Why have hundreds of life jackets washed up on the Thames?

Aimee Meade
Thursday 15 September 2016 15:15
news
Hundreds of life jackets lie on bank of Thames. Picture:(PA)

Hundreds of life jackets appeared on the banks of the river Thames in London on Thursday morning, as part of a visual installation to represent the thousands of people who have died during the refugee crisis.

The display in Vauxhall, south London, was organised by UK charities Action Aid and Islamic Relief. It took place a year after the death of Alan Kurdi, the three-year-old Syrian refugee who drowned in the Mediterranean Sea, and two days before Saturday's Refugees Welcome Here March.

The installation represents the thousands of people who have died during the refugee crisis. Picture: PA(PA)

Girish Menon, chief executive of ActionAid UK, said: “We want to remind the world that this is not a crisis we should close our eyes to. No one should ever have to take the risk of putting themselves or their families in a tiny lifeboat or into the hands of people smugglers."

Research from the charity has also shown that following the EU referendum, 47 per cent of the public believe that the UK has a responsbility to help those fleeing conflict and war.

Eva Watkinson, campaigns engagement manager at Action Aid, wrote in a blogpost about the installation:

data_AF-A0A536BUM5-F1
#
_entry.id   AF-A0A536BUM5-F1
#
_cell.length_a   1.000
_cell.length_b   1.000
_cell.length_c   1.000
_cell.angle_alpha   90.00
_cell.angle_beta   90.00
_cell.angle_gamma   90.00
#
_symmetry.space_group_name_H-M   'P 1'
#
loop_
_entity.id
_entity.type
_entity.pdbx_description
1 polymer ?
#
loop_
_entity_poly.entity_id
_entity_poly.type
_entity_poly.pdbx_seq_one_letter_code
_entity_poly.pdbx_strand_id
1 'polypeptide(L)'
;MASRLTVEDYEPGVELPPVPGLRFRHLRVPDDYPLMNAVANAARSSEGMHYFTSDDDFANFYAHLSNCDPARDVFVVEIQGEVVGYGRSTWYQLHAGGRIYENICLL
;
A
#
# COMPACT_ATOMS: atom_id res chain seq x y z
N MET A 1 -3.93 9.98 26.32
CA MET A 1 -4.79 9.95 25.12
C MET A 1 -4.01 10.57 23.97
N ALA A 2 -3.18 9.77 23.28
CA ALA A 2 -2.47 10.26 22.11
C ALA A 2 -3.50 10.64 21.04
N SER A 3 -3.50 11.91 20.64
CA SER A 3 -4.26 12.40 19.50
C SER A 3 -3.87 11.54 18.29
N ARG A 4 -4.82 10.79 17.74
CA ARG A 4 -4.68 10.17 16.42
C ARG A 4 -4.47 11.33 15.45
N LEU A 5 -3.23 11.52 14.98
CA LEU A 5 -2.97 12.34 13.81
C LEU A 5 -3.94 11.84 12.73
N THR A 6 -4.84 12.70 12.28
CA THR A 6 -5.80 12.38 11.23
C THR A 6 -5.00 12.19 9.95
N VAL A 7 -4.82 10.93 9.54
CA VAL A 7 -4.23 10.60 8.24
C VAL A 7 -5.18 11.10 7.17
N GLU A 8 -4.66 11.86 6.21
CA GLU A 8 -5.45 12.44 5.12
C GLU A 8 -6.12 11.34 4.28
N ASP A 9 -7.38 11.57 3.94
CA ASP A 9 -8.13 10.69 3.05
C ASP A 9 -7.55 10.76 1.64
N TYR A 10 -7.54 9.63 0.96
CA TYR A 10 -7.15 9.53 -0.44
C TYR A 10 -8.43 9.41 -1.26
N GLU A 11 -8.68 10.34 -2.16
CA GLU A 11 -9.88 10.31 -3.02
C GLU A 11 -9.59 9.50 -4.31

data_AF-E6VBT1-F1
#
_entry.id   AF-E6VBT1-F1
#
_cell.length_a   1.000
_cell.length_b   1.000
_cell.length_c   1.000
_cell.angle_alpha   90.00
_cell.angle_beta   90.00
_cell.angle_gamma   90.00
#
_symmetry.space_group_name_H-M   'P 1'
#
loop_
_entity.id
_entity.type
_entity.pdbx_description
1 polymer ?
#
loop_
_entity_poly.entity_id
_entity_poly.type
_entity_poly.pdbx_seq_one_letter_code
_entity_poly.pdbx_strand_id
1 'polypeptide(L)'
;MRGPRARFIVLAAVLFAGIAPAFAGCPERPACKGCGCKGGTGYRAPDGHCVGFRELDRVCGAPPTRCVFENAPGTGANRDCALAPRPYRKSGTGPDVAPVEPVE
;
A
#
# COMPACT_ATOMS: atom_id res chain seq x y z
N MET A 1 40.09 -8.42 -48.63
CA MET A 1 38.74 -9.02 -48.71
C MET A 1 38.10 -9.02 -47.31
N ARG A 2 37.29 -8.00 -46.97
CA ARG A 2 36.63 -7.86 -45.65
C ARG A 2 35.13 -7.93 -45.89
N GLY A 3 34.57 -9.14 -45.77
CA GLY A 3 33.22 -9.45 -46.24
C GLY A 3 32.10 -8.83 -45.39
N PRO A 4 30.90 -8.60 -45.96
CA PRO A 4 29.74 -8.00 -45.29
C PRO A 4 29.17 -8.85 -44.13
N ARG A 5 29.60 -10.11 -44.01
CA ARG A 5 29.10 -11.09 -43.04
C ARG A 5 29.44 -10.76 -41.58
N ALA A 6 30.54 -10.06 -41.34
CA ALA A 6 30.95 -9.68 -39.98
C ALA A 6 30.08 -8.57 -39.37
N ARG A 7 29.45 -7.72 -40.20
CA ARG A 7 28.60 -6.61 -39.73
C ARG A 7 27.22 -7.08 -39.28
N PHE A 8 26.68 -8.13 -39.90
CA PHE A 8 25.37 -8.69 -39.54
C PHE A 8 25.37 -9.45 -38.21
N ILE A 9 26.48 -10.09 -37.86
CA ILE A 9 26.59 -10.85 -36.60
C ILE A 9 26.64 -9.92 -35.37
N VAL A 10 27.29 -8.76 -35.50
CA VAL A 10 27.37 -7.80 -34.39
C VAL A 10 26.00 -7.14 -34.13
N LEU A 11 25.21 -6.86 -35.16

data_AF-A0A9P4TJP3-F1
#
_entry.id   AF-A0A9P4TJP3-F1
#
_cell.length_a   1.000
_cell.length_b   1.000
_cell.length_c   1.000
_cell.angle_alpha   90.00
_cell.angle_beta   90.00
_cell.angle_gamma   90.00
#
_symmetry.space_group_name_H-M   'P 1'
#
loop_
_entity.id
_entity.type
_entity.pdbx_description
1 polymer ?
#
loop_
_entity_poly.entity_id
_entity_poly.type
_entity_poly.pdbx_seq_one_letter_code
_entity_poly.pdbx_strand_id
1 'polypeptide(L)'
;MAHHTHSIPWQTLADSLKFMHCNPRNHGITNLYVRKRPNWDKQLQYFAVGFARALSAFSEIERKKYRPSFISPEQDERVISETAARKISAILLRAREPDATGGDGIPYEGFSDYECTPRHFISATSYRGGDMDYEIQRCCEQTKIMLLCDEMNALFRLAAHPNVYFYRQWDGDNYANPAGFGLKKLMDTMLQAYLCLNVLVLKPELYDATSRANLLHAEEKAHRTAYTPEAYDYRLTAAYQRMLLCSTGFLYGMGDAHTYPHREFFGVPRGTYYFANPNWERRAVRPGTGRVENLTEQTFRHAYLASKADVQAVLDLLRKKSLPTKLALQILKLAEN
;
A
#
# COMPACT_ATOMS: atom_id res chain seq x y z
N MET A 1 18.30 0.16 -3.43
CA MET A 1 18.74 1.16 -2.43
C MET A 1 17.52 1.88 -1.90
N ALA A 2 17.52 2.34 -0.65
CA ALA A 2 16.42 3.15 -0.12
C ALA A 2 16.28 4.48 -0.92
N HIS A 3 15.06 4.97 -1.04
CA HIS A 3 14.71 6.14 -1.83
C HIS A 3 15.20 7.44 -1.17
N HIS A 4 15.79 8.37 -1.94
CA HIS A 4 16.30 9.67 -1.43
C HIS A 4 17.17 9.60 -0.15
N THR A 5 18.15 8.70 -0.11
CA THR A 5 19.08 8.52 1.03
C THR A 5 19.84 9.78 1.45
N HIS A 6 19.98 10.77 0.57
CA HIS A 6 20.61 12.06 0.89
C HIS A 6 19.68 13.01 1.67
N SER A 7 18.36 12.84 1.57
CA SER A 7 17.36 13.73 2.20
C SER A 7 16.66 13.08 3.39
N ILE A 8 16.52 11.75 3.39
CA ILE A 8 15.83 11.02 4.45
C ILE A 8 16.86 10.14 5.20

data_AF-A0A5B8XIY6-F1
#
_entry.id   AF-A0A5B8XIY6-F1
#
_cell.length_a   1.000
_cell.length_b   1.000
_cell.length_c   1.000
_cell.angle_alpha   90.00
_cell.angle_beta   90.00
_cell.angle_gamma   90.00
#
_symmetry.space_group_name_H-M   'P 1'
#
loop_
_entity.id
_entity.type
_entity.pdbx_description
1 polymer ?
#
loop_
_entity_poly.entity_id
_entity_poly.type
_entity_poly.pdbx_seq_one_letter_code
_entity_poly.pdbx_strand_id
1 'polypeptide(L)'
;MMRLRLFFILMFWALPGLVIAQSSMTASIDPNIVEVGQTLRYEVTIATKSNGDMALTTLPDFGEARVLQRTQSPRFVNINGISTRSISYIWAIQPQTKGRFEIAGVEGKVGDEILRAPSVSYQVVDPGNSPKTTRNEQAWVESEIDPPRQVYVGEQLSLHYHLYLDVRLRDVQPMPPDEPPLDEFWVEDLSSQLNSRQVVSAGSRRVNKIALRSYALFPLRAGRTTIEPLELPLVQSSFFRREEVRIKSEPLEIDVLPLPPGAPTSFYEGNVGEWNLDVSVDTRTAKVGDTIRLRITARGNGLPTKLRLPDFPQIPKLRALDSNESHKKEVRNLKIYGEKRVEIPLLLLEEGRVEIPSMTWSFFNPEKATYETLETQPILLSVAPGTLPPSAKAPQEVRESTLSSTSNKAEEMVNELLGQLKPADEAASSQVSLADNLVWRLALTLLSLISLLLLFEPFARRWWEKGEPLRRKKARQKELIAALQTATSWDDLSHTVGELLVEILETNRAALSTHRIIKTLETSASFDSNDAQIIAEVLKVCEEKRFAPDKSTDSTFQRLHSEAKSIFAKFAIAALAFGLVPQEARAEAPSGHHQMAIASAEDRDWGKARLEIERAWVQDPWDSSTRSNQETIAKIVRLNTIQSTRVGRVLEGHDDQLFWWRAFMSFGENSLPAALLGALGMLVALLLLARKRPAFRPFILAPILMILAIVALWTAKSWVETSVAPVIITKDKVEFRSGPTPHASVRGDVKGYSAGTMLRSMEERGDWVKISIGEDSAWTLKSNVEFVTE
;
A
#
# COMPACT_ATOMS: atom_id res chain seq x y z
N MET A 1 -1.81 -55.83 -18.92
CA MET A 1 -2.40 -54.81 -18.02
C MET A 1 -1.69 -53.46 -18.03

There are more refugees in the world now than there have ever been, 65.3 million... Yet politicians have continuously failed to address the causes of the crisis and give people the support they need.

The march, where thousands of people are expected to call on the UK government to do more to help those fleeing war, begins at 12.30 on Saturday 17 September at Park Lane, London.

Watkinson said it is the lack of government action that made Action Aid decide to bring the debate to London. "More needs to be done," she wrote.

Murray Worth, head of campaigns, told indy100: "Out of sight can all too easily be out of mind, but this is a crisis we cannot ignore.

“Families are entrusting their lives to human traffickers and flimsy boats because at home they face falling bombs, persecution and war. No matter how perilous the sea crossing may seem, it is even more dangerous for people to stay. 

"Please join ActionAid and thousands of people from across the country on the march to send a powerful message to the UK government. We cannot continue to turn our backs on those who on the people who are asking us for help.”

You can sign up to the march here.

More: These moving photos of the refugee crisis just won a Pulitzer Prize

More: The UK's embarrassing record on refugee resettlement - in one chart

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